Facebook Like Button Tracks Everyone
In 2011 Arnold Roosendaal, Tilburg University, published Facebook Tracks and Traces Everyone: Like This!. This was groundbreaking and earth-shattering research into how the Facebook Like button actually operates to track online users.
At the time the paper was published, the Facebook Like button would actually set a tracking cookie in the browser of visitors to websites that used the Facebook Like button even when the site visitor has never visited Facebook’s website or registered for a Facebook profile.
The Facebook Like button cookie would continue to track these anonymous user’s online browsing history by updating the cookie everytime they visited a site that used Facebook Connect or had the Facebook Like button installed.
If the anonymous user ever visited Facebook.com and created a Facebook profile, their anonymous user history would be merged with their personally identifiable Facebook profile data. This process would also work when anyone would delete their cookies, use an alternate browser, or use different workstation then access their Facebook profile.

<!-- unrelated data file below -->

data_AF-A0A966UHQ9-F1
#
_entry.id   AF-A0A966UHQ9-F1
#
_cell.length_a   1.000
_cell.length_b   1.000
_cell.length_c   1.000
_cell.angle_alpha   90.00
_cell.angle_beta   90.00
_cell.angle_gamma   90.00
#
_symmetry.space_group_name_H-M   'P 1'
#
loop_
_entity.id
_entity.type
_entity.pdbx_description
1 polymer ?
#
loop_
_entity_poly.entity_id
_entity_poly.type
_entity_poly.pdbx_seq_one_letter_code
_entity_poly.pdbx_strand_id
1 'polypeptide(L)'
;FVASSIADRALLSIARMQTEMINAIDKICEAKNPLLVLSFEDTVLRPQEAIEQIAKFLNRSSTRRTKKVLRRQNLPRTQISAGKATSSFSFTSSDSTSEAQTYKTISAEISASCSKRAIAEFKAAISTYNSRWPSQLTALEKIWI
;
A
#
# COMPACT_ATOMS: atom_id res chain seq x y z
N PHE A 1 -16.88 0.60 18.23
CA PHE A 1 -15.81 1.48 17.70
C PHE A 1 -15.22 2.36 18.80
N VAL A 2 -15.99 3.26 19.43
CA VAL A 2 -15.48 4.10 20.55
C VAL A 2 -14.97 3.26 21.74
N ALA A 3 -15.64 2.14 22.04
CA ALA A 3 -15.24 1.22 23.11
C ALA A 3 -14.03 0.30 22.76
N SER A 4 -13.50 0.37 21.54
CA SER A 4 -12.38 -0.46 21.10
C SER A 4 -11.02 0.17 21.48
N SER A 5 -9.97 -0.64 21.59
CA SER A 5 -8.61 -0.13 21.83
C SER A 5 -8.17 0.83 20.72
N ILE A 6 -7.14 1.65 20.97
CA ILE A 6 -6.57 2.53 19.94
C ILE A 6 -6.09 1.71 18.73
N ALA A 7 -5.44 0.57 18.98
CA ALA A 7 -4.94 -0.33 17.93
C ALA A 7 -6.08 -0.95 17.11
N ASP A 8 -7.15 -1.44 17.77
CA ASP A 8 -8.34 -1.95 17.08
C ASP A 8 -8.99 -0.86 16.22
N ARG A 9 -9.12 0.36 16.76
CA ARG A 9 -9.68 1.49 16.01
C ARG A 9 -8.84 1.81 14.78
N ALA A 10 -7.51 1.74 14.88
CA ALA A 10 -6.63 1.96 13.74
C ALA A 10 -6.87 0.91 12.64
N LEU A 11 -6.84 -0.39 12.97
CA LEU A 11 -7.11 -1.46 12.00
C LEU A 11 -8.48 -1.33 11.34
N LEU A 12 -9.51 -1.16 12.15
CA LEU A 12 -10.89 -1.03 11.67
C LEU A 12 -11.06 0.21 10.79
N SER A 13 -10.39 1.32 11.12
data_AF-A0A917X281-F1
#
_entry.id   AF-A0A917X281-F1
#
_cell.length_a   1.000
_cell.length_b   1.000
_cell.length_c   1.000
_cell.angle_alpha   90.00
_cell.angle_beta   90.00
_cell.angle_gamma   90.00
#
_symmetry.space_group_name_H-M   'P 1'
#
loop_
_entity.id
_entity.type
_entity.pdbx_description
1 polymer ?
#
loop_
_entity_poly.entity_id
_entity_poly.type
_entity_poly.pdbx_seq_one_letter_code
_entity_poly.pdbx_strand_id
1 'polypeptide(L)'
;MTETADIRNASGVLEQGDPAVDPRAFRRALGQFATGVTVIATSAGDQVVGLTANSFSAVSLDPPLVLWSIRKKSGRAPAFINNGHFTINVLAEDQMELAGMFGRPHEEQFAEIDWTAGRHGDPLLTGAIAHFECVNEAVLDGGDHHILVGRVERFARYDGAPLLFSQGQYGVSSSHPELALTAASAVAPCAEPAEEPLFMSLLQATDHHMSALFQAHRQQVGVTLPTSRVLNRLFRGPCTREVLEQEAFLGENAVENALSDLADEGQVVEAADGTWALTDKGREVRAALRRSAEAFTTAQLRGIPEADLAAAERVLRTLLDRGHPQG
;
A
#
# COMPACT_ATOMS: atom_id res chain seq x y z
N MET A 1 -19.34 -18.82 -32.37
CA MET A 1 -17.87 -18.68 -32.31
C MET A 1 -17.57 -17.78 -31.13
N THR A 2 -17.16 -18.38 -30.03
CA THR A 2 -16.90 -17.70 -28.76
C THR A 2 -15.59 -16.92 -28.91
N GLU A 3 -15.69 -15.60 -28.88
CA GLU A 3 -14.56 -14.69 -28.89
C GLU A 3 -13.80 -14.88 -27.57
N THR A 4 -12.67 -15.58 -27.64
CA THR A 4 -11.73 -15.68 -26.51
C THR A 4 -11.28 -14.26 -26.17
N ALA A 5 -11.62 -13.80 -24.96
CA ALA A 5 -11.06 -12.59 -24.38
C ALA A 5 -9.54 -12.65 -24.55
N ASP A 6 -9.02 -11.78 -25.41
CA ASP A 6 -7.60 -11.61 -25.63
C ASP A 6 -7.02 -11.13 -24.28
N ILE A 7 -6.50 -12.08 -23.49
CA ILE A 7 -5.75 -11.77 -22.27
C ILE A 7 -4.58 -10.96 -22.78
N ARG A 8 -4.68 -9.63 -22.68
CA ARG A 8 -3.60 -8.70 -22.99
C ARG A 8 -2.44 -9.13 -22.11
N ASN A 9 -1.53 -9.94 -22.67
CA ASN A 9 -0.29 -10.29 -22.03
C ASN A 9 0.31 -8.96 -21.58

It appears Facebook has stopped this practice as a result of Rosendaal’s paper. But many privacy concerns remain over the functionality of the Facebook Like button and other social media sharing features.
The Facebook Like Economy
The Facebook Like button controversy continues more so in Europe than in the States where privacy is a greater concern and European privacy law much tougher. So it is no surprise some of the most interesting thinking and research on Facebook also comes from Europe.
Reworking the Fabric of the Web: The Like Economy featuring Anne Helmond (NL) and Carolin Gerlitz (UK) is a great example. This presentation offers a revealing look at Facebook’s efforts to define the social network business model around harvesting user data with social media sharing features like the Facebook Like button.
[iframe src=”http://player.vimeo.com/video/39256468″ frameborder=”0″ width=”500″ height=”281″]
A very similar story can be told about the Twitter and Google+ badges and most other social media icons. I will have more to share on the Track the Trackers project and the tools they use very shortly.
I especially like the incorporation of the advertising policy which very few universities do. However, I am not sure how well the advertising policy is followed by special departmental sites especially Virginia Athletics. But that is an issue for another post.